Change the temperature a few times and the Nest learns how to keep you home at the right temp (at the right time).
As Nest is quick to point out in its new white paper, the yearly savings amount to about a 15% reduction in heating and cooling bills and mean that the $249 Nest pays for itself well before the two-year mark. That’s an important selling point for the Nest, although many people are probably snapping the device up for its cool factor alone. The Nest reduces energy use by learning your preferences and then developing its own schedule, so you don’t need to try to program it yourself.
Figuring out just how much one thermostat saves over another thermostat has long been a tricky business. In fact, thermostats lost the ability to get Energy Star ratings in 2009 because it’s hard to tell how much they save. Nest points to users failing to program their programmable thermostats as being part of the issue, and that makes sense – some older thermostats are pretty difficult to properly program. The Nest Thermostat, on the other hand, programs itself. Nest says that 95% of its devices have personalized schedules.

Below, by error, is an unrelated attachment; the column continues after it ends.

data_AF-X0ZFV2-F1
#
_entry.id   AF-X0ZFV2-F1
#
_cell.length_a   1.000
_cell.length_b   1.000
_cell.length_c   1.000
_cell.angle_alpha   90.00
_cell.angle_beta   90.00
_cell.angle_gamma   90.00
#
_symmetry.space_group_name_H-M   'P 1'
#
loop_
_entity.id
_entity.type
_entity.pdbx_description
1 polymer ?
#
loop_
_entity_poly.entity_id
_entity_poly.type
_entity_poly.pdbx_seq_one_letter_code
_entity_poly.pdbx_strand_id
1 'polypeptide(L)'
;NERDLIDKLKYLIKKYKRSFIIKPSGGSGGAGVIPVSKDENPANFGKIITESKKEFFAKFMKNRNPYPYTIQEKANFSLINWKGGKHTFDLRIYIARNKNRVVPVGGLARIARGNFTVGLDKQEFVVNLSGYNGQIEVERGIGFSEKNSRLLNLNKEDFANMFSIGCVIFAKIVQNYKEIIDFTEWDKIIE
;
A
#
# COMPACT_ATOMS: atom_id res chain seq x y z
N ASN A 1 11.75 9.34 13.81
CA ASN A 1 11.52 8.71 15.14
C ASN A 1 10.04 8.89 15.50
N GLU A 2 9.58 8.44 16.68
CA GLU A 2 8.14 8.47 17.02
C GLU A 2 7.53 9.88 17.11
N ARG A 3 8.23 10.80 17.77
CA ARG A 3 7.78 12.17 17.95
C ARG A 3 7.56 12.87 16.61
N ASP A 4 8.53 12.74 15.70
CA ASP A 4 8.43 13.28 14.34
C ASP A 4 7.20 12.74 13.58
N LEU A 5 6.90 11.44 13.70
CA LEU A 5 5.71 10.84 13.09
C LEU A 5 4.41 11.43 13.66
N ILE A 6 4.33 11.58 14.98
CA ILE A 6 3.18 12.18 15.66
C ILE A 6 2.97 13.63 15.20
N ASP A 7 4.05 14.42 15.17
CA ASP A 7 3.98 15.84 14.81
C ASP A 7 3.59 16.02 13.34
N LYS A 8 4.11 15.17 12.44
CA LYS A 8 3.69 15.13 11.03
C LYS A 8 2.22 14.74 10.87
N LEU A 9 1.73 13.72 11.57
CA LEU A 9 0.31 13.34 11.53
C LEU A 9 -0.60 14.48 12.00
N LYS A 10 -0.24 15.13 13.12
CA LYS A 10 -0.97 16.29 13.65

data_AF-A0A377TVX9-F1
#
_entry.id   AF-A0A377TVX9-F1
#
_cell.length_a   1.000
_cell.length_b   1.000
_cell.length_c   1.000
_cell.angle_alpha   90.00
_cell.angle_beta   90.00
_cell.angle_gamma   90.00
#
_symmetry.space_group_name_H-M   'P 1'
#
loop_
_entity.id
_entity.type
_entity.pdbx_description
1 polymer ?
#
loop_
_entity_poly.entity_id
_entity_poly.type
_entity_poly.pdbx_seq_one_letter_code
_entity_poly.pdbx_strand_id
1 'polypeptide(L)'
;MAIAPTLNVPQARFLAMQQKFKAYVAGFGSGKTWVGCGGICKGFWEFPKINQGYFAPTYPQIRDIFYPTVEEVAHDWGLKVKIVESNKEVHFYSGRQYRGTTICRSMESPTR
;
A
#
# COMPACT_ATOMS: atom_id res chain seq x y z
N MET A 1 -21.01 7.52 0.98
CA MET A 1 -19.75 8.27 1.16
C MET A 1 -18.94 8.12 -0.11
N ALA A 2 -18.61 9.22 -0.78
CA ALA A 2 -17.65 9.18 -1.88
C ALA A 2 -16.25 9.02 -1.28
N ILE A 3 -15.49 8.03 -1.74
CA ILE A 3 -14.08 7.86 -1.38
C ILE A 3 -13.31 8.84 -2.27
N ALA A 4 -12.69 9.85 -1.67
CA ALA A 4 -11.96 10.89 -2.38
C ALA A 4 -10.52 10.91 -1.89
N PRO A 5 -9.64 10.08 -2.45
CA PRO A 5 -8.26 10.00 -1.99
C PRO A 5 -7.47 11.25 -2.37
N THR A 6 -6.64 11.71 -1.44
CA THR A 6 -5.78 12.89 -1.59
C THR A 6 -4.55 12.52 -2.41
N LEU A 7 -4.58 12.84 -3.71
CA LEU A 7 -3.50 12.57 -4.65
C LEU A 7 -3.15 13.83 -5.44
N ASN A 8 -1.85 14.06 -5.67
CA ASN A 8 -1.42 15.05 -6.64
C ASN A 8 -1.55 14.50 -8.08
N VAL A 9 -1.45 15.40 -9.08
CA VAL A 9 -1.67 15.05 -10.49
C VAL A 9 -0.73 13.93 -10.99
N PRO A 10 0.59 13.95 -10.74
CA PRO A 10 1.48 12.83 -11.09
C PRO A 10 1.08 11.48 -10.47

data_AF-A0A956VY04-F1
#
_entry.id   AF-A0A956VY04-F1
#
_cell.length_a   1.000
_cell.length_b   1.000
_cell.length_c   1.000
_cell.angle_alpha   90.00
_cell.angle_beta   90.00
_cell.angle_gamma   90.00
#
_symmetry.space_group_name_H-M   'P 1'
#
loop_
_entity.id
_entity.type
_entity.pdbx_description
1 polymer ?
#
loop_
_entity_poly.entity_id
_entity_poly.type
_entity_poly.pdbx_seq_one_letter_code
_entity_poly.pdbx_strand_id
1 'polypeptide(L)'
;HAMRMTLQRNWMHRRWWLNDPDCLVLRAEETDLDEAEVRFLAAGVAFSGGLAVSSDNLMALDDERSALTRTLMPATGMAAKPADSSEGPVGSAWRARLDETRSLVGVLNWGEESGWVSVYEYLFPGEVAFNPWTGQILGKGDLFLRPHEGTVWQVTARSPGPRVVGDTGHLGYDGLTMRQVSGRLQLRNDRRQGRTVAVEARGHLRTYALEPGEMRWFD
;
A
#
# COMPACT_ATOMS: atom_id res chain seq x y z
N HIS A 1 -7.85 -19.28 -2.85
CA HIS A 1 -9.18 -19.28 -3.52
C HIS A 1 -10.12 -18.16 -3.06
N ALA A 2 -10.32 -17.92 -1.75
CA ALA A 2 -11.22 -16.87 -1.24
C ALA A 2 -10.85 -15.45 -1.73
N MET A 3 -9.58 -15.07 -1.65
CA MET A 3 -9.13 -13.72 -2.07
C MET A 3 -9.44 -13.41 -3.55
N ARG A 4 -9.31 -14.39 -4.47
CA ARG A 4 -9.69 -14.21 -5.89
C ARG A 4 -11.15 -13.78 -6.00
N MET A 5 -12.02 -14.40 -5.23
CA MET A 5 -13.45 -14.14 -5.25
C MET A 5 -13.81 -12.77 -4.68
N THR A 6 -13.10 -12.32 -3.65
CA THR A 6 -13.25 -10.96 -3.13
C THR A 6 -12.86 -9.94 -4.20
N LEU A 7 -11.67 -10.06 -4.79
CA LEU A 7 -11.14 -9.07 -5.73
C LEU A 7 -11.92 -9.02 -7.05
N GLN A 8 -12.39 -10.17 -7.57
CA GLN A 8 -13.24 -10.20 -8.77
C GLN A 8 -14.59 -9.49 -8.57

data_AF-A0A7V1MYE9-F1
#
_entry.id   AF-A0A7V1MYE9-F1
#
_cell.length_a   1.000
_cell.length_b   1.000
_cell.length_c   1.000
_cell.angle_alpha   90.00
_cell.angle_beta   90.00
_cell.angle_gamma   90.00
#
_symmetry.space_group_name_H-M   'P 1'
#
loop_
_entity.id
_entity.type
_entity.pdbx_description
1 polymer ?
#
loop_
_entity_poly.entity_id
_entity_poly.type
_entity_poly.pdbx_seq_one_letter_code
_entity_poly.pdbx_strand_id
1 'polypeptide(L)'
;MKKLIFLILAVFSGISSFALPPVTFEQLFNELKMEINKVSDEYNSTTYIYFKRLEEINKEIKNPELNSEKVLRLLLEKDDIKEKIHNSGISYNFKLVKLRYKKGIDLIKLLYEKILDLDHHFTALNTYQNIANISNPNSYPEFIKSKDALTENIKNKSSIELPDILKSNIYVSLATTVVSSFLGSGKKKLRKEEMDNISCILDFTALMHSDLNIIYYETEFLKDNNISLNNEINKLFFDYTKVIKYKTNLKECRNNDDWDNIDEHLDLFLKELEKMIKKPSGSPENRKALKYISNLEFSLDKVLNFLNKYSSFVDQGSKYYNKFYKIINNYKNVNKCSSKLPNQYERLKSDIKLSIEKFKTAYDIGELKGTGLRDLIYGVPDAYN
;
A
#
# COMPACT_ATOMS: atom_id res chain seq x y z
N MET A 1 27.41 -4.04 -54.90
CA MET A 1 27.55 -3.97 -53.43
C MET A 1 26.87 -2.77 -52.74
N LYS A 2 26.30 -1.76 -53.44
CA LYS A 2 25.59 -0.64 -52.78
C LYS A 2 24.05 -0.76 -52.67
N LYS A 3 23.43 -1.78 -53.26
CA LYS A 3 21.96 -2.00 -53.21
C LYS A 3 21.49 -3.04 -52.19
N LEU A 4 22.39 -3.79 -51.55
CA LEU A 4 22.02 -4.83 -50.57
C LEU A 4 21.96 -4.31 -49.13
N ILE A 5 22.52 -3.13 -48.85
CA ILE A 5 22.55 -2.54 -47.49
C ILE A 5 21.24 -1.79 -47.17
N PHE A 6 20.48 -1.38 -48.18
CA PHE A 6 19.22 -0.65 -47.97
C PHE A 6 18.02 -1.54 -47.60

The EPA is making comments that suggest it might be open to changing its Energy Star stance for certain modern thermostats, so Nest may just have a shot at an Energy Star label down the road.